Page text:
As we emerge from the chaos that has been the Covid-19 pandemic, I am hearing a lot of messages and concern about learning loss. And with new government funding in the form of EANS funds and other Covid-19 related grants, schools are being encouraged to explore all kinds of options for addressing the ‘learning loss’ impacts of the pandemic.
Leaders in Christian education have had a pretty exhausting year, across the board. But now is not the time to take the easy solution: to put the entirety of the responsibility for addressing learning loss on students. We need to be extra careful about giving students the idea that any of their learning loss is unique to them; everyone has endured this pandemic and it has impacted every student, teacher, and administrator. Some of those impacts are visible now, and some we will discover in coming years.
But no matter what we discover in the years ahead, we will need to seek understanding of our students first, in order to foster their understanding and learning. This doesn’t just require pedagogical knowledge, but also an understanding of social, emotional, and behavioral empathy driving our daily interactions.
One of my esteemed colleagues and school psychologist Doug Bouman says that one of our roles is as a defense attorney for students who are beginning to prosecute themselves for factors out of their control; to give students who are struggling a holistic picture of themselves as children of God. During this time, students who may be struggling need even more reminders of their personal strengths and of everyone’s weaknesses. It is astounding how often students respond to such conversations with relief: ‘I just thought I wasn’t very smart – I didn’t realize I was just made differently!’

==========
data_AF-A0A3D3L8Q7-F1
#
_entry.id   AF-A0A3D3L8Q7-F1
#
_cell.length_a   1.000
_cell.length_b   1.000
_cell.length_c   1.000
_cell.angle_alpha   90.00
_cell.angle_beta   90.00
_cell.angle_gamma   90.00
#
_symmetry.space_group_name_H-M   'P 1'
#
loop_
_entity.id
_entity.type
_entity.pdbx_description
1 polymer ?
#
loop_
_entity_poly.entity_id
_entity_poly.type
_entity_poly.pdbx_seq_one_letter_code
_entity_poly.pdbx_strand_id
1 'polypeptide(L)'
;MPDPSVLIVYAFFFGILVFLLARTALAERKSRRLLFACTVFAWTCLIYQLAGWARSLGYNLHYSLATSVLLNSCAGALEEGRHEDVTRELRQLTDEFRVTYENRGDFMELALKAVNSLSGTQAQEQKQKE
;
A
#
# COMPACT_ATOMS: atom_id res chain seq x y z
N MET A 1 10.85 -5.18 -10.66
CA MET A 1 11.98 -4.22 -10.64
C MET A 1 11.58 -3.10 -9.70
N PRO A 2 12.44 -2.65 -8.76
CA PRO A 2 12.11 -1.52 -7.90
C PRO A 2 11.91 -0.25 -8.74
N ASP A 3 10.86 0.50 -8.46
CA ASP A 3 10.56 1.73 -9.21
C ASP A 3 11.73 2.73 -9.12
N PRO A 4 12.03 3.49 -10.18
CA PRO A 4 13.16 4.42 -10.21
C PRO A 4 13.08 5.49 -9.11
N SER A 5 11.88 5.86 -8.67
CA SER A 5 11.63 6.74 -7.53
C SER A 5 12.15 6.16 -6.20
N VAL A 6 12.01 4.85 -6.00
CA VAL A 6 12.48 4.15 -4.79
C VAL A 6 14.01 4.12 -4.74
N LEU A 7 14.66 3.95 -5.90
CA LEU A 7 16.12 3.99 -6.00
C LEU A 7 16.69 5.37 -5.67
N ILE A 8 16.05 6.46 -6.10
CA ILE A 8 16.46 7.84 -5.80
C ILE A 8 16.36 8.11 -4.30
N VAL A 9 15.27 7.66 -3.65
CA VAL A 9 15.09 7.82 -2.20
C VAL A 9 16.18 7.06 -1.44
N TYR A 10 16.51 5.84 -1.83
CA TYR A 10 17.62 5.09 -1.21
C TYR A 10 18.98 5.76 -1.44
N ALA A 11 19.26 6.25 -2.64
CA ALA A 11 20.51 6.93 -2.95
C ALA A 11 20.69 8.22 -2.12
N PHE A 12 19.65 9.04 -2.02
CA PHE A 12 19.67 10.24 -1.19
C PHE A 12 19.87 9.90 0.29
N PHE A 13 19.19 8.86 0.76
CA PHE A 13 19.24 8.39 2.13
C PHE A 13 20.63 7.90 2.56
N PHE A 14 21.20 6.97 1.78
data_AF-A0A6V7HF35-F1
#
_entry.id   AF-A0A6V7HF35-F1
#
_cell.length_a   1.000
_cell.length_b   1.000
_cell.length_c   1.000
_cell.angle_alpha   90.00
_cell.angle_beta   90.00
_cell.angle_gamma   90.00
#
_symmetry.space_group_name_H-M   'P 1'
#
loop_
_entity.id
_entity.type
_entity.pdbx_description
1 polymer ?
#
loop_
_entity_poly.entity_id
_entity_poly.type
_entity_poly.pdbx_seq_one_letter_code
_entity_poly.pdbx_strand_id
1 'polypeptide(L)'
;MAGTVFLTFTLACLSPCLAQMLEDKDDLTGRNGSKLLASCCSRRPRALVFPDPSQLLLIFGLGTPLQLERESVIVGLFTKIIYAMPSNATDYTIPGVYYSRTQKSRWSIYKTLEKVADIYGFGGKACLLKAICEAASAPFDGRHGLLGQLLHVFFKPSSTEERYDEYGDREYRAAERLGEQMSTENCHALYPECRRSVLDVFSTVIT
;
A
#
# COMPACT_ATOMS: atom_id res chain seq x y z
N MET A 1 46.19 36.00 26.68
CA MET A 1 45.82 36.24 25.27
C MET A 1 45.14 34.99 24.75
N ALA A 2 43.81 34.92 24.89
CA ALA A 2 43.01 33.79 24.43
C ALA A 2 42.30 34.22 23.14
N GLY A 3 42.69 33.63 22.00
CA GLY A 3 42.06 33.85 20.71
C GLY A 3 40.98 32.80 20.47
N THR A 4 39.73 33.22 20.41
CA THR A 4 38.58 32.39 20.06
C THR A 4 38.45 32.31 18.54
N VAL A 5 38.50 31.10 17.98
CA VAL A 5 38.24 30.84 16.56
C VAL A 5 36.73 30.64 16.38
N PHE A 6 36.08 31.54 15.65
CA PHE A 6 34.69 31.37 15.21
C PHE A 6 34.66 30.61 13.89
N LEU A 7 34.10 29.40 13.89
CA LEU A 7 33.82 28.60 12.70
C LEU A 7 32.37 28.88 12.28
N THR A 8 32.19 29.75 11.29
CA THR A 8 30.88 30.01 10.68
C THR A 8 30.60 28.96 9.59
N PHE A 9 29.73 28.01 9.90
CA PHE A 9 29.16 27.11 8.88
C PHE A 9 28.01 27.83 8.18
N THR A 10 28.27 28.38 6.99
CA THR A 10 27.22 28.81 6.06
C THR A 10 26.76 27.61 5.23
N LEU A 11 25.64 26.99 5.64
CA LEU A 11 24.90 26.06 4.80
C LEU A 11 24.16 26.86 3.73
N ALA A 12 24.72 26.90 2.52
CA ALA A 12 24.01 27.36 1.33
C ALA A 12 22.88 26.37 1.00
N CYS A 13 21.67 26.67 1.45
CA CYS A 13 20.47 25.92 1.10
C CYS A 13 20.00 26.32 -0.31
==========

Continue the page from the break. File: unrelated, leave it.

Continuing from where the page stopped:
I fear that as we make our ways out of the Covid-19 pandemic, we may forget to serve as the defense attorney our students need against such self-portraits. And as Christian educators, this may be one of the most impactful roles we serve: helping students understand God’s love for them and the way they are made, regardless of ability.
So how should we address the impacts of the pandemic? There has never been a better time for investing in a multi-tiered system of support, where every student receives the supports they need. This means examining closely our general education practices, measuring and benchmarking student progress, and providing research-proven interventions as part of the school day for students with varied intellectual and learning abilities, or lagging social-emotional and behavioral skills.
There is a possibility that students may have lags in their academic progress due to missed instruction during the pandemic. We need to recommit to their needs and anticipate a wide range of achievement moving forward throughout a school career. This isn’t a matter of implementing support services for some students, but of incorporating support services into the entire schoolwide approach. Anticipating a wide variety of abilities means creating relational environments that adapt, that put some systems into place while also changing systems in response to the needs of every child.
When I look at my own kids during another weekend at home with nowhere to go, I muse about what the defining characteristics of this Covid-19 generation might be. I wonder if they will be closer to their siblings as they grow up, whether they will be invigorated or overwhelmed by crowds someday, or if they will remember snow days as a thing of the past as schools turn inclement weather into virtual learning days. But I don’t wonder if they will continue to learn, and I’m committed to ensure that they are not prosecuting themselves for any struggles they may encounter during this time. I am grateful for a school and teachers that do the same, and who foster their relationship with a loving God in doing so.